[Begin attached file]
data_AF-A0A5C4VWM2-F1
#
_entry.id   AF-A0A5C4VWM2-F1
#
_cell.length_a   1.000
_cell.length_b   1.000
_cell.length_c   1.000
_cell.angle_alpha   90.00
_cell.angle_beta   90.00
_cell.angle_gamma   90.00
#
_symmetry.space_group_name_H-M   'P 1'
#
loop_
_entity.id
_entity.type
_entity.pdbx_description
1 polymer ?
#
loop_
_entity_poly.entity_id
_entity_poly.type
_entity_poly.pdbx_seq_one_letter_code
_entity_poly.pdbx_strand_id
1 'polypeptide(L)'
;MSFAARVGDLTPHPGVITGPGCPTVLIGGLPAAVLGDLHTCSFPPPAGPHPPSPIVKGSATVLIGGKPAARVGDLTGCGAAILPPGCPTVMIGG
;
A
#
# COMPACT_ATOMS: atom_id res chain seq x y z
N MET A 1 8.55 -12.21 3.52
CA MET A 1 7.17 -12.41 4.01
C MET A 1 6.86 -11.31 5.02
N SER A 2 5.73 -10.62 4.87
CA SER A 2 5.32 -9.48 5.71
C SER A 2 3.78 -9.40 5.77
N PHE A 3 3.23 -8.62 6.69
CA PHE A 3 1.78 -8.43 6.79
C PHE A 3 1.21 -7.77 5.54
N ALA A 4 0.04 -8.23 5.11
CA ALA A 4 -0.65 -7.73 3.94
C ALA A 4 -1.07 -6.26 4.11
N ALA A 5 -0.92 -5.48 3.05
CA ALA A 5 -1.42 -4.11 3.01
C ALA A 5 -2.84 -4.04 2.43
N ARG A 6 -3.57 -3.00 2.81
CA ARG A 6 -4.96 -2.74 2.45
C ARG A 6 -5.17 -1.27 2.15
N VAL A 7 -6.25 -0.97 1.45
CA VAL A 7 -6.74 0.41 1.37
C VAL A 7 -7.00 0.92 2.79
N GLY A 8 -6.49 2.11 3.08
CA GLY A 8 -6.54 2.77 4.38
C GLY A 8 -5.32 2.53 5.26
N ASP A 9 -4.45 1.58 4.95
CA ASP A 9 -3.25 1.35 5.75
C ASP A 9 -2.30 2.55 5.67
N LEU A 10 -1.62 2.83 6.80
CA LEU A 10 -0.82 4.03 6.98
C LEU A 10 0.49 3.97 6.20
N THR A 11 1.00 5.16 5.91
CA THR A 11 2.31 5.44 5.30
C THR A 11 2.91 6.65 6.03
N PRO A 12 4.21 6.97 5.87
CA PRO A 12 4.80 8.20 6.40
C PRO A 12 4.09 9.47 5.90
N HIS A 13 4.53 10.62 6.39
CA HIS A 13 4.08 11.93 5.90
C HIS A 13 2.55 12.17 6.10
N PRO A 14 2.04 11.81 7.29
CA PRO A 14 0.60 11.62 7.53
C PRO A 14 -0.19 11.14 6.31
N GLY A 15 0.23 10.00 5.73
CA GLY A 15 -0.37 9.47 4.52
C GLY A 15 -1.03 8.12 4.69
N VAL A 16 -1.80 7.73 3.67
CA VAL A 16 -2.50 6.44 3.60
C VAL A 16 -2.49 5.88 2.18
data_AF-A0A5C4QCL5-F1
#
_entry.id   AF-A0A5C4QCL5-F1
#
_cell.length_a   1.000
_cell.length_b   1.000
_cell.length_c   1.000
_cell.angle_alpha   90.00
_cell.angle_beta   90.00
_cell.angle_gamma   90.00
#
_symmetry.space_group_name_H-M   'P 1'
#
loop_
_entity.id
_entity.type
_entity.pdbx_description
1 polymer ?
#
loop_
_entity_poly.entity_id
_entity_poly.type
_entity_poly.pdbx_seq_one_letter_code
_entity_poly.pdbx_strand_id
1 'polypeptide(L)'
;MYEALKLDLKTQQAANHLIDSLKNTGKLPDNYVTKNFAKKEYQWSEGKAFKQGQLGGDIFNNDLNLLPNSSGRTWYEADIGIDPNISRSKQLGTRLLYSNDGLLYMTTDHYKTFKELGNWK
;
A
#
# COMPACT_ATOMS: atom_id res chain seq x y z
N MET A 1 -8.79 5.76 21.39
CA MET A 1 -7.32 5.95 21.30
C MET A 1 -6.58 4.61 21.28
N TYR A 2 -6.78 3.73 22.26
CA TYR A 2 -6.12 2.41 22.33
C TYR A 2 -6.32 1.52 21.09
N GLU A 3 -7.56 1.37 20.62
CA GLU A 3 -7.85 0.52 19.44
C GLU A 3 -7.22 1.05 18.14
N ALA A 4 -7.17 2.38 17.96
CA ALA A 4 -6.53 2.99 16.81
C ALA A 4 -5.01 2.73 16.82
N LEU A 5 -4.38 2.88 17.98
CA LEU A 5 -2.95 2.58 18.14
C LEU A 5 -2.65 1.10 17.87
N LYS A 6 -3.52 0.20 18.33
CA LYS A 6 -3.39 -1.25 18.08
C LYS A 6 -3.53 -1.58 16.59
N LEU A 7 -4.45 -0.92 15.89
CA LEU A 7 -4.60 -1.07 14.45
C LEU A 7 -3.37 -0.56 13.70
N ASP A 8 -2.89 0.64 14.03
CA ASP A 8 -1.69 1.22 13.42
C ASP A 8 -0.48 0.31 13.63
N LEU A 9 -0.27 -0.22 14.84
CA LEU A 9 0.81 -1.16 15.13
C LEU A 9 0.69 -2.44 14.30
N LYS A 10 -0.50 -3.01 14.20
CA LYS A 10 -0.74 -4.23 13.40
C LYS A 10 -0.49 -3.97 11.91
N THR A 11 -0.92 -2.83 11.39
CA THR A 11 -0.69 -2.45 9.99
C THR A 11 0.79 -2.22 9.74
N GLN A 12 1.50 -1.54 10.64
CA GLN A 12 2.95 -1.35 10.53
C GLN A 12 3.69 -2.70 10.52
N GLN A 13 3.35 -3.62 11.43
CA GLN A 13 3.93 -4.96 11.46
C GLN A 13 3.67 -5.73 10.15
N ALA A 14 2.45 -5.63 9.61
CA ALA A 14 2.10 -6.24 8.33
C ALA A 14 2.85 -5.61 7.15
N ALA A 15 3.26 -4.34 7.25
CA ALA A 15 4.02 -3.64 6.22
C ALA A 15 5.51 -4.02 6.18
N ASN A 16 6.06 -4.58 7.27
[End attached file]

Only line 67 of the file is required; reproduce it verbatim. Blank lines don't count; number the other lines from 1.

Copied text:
N HIS A 13 4.53 10.62 6.39